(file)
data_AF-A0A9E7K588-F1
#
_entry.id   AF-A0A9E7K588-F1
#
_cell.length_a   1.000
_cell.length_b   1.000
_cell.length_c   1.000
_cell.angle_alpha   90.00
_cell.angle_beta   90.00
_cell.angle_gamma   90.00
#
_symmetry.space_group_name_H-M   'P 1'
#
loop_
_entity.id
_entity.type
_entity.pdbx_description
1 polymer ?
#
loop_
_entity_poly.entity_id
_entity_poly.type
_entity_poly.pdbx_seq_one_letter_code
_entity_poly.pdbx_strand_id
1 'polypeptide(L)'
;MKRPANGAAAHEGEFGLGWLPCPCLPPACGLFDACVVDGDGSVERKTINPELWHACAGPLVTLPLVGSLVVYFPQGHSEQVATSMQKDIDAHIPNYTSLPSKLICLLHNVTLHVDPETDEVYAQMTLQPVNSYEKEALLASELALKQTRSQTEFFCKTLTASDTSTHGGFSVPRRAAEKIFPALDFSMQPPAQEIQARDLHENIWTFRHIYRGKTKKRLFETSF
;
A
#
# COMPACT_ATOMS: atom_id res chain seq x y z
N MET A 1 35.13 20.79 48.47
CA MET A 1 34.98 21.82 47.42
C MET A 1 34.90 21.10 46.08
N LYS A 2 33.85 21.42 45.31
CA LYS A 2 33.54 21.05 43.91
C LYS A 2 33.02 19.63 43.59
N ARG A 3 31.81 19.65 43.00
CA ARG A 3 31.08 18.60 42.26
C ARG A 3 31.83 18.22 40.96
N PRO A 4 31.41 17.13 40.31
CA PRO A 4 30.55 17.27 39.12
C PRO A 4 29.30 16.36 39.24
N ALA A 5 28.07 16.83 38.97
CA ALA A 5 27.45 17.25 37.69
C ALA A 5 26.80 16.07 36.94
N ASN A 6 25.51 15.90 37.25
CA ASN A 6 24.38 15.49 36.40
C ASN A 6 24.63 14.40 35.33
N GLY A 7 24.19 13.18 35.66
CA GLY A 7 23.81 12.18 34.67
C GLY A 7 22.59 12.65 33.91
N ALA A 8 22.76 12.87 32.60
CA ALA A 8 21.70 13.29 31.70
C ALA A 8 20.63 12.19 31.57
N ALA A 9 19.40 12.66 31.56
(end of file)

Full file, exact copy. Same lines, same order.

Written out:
data_AF-A0A9E7K588-F1
#
_entry.id   AF-A0A9E7K588-F1
#
_cell.length_a   1.000
_cell.length_b   1.000
_cell.length_c   1.000
_cell.angle_alpha   90.00
_cell.angle_beta   90.00
_cell.angle_gamma   90.00
#
_symmetry.space_group_name_H-M   'P 1'
#
loop_
_entity.id
_entity.type
_entity.pdbx_description
1 polymer ?
#
loop_
_entity_poly.entity_id
_entity_poly.type
_entity_poly.pdbx_seq_one_letter_code
_entity_poly.pdbx_strand_id
1 'polypeptide(L)'
;MKRPANGAAAHEGEFGLGWLPCPCLPPACGLFDACVVDGDGSVERKTINPELWHACAGPLVTLPLVGSLVVYFPQGHSEQVATSMQKDIDAHIPNYTSLPSKLICLLHNVTLHVDPETDEVYAQMTLQPVNSYEKEALLASELALKQTRSQTEFFCKTLTASDTSTHGGFSVPRRAAEKIFPALDFSMQPPAQEIQARDLHENIWTFRHIYRGKTKKRLFETSF
;
A
#
# COMPACT_ATOMS: atom_id res chain seq x y z
N MET A 1 35.13 20.79 48.47
CA MET A 1 34.98 21.82 47.42
C MET A 1 34.90 21.10 46.08
N LYS A 2 33.85 21.42 45.31
CA LYS A 2 33.54 21.05 43.91
C LYS A 2 33.02 19.63 43.59
N ARG A 3 31.81 19.65 43.00
CA ARG A 3 31.08 18.60 42.26
C ARG A 3 31.83 18.22 40.96
N PRO A 4 31.41 17.13 40.31
CA PRO A 4 30.55 17.27 39.12
C PRO A 4 29.30 16.36 39.24
N ALA A 5 28.07 16.83 38.97
CA ALA A 5 27.45 17.25 37.69
C ALA A 5 26.80 16.07 36.94
N ASN A 6 25.51 15.90 37.25
CA ASN A 6 24.38 15.49 36.40
C ASN A 6 24.63 14.40 35.33
N GLY A 7 24.19 13.18 35.66
CA GLY A 7 23.81 12.18 34.67
C GLY A 7 22.59 12.65 33.91
N ALA A 8 22.76 12.87 32.60
CA ALA A 8 21.70 13.29 31.70
C ALA A 8 20.63 12.19 31.57
N ALA A 9 19.40 12.66 31.56